While Rollin has called the gory horror in The Grapes of Death more “intelligent” than "gratuitous”, it is the film’s sometimes-shocking effects that are most often remembered. While they all suffer from a perhaps smaller than needed budget, they still manage a real visceral impact. This is especially true of the show stopping crucifixion and decapitation of pretty Mirella Rancelot that stands as one of the most iconic and unsettling images in all of Rollin’s filmography. It’s the kind of jaw dropping moment that only the best and most pulverizing horror films can deliver.




The Grapes of Death has a lot more going for it than the effects though. As mentioned the late Marie-Georges Pascal delivers a fine lead turn, and the photography of Claude Becognee gives the film a strangely hypnotic and suitably unwell feeling throughout its slim running time. Becognee’s photography and Rollin’s images are also matched well by the eerie electronic score of Philippe Sissman. The supporting cast is a mixed bag, but Rancelot’s blind victim is very well played and seems a clear forerunner to Cinzea Monreale’s unforgettable Emily from Fulci’s The Beyond which was still couple of years down the road.




Despite all of its many virtues, perhaps The Grapes of Death's most important moment comes just over halfway through when the ravishing Brigitte Lahaie is introduced. Lahaie, who would soon become the ultimate face and body of Jean Rollin’s cinema, has a relatively small role here but she makes the most of it. Simultaneously erotic, mysterious and terrifying, Lahaie is mesmerizing in her few scenes. One moment in particular recalling Bava’s legendary Black Sunday marks itself as one of the film's most ingenious moments.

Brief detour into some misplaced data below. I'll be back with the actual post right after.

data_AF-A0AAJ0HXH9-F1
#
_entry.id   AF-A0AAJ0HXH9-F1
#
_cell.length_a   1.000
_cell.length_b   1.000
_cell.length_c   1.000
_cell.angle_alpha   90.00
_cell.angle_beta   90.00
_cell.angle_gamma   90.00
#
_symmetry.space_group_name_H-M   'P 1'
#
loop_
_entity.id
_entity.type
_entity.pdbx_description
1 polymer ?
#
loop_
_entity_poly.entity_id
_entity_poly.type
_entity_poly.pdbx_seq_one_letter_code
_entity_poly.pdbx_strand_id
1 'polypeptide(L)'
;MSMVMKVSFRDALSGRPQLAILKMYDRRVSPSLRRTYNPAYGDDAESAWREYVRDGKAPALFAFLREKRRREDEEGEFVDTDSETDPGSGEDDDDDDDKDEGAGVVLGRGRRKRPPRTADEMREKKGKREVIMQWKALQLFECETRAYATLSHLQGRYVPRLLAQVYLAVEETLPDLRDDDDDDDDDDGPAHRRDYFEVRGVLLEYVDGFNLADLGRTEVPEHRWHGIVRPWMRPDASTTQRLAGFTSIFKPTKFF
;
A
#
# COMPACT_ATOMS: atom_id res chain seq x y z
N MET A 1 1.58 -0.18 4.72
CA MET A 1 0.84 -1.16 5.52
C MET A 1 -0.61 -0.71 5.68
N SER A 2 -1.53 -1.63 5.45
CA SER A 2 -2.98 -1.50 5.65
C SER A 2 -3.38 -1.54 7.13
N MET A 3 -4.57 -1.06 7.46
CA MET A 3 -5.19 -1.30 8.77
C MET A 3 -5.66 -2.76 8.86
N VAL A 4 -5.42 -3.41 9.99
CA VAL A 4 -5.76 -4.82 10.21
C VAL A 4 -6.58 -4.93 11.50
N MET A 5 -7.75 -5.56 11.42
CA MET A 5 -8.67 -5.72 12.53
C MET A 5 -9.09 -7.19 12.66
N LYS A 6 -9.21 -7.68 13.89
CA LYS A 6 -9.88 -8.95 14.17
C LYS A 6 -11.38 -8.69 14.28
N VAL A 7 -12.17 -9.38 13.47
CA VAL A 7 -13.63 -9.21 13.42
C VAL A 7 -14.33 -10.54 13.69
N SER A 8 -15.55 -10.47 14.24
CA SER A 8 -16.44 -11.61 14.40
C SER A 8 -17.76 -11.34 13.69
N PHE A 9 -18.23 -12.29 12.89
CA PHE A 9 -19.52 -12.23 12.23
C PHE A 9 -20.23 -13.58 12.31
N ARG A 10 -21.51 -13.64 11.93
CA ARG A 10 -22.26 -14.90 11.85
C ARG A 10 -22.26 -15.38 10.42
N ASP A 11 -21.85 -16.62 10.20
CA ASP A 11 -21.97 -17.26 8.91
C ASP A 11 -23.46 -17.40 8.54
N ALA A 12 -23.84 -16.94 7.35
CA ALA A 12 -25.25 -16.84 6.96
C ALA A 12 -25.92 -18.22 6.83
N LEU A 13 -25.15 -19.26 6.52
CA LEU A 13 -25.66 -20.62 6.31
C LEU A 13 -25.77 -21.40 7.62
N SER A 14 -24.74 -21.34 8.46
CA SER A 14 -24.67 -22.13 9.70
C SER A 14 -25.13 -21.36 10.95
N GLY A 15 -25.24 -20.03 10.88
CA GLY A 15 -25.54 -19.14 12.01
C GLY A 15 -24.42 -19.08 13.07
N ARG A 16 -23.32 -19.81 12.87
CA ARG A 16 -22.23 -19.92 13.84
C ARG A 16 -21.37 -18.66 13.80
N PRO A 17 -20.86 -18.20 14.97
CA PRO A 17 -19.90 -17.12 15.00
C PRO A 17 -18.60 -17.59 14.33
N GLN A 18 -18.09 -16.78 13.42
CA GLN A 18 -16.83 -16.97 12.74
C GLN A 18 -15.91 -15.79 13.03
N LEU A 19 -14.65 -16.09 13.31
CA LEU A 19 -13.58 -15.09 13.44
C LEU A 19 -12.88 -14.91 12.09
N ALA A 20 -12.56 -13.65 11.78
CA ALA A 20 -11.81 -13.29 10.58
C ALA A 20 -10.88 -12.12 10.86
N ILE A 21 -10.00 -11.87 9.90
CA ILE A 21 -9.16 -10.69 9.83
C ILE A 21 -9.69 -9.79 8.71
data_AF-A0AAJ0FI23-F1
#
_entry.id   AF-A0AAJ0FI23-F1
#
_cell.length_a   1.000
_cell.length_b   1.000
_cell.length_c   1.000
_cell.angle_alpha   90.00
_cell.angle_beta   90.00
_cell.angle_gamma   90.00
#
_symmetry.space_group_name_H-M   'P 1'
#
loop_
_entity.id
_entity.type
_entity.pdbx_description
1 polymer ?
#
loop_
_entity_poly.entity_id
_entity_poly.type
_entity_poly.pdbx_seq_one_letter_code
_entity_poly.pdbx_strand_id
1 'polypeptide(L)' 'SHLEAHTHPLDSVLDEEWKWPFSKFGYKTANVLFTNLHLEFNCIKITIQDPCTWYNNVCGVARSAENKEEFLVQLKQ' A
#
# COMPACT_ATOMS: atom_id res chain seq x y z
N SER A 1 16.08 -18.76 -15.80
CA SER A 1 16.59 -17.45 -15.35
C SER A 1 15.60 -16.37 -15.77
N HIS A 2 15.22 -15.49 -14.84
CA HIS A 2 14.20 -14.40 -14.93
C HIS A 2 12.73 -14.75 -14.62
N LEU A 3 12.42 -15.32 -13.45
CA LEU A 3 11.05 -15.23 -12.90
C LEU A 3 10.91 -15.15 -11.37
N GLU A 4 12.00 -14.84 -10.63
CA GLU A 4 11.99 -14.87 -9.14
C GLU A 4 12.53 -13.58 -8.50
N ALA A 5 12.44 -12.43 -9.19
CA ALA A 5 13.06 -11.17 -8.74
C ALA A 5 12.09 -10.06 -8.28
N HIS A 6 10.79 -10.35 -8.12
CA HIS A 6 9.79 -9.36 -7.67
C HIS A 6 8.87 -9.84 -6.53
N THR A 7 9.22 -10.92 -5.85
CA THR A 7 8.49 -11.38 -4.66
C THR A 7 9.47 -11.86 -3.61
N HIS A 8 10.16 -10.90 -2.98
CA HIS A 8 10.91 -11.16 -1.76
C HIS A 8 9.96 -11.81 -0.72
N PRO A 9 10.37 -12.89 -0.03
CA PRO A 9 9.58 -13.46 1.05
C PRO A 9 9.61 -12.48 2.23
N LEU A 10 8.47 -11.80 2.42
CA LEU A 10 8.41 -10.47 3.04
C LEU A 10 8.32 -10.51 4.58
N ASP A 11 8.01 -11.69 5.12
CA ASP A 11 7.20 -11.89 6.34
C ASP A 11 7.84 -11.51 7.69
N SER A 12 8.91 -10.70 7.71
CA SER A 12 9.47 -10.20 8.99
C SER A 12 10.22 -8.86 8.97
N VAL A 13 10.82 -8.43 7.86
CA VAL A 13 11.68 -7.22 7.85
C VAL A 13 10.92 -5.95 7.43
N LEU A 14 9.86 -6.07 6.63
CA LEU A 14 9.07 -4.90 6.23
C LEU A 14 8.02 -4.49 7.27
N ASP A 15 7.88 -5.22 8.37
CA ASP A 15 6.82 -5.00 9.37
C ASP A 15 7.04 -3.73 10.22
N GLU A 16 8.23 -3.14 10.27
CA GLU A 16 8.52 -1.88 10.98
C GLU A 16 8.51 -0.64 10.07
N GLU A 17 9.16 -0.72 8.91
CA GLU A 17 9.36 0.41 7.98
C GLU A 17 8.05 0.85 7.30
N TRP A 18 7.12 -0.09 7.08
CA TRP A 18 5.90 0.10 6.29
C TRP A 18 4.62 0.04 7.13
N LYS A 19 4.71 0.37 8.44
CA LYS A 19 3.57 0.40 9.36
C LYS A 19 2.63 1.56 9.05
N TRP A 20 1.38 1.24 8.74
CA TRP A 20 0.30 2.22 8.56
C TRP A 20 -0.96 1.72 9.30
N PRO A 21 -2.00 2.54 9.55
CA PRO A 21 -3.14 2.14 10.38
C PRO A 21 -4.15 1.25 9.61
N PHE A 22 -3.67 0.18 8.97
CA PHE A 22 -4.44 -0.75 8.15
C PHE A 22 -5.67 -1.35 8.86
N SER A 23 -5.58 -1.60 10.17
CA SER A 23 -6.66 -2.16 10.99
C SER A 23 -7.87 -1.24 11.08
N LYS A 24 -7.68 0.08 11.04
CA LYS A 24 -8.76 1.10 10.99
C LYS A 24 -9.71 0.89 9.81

While Rollin would have to make a few more Gentil-Xavier productions in the couple of years following The Grapes of Death, the film successfully pulled him out of his artistic slump. A popular success with some critical support, The Grapes of Death has become one of Rollin’s most well liked films. Tim Lucas in Video Watchdog 31, while noting some of the film’s faults, said The Grapes of Death contained “believably chilled performances” and that “Rollin’s uncanny knack for finding picturesque locations” helped “to convey the film’s atmosphere of imminent apocalypse.” Shane M. Dallmann would grant the film an excellent review later in Video Watchdog 89 where he called The Grapes of Death “a strong, solid” entry in the zombie genre. Dallman’s review of the film is one of the best written and fans of the work should definitely search it out.




The Grapes of Death is available on several DVDS throughout the world. The Region 1 Synapse version I have is commonly regarded as the best, and it contains a terrific 30-minute interview with Rollin and Lahaie. Unfortunately the film itself is not talked about much, making one wish for a more specific special edition somewhere down the road.

3 comments:

Keith said...

Great post. I hope you are doing well. I've been reading all your postings whether I always comment or not.

Phantom of Pulp said...

Great review.

I agree that it is one of Rollin's tightest pieces, if not THE tightest.

I love and adore all his films, but many are flawed, nonetheless.

GRAPES is an exception, though. It hangs together beautifully, is aesthetically rich, but is not story-blocked or ludicrous.

I wonder if Encore will do a 3-disc box of this? Any idea?

Jeremy Richey said...

Thanks guys, I love the film and hope my post did it at least partial justice. Phantom, I don't know if Encore is planning one. I really wish they would though as a specific special edition would be incredible.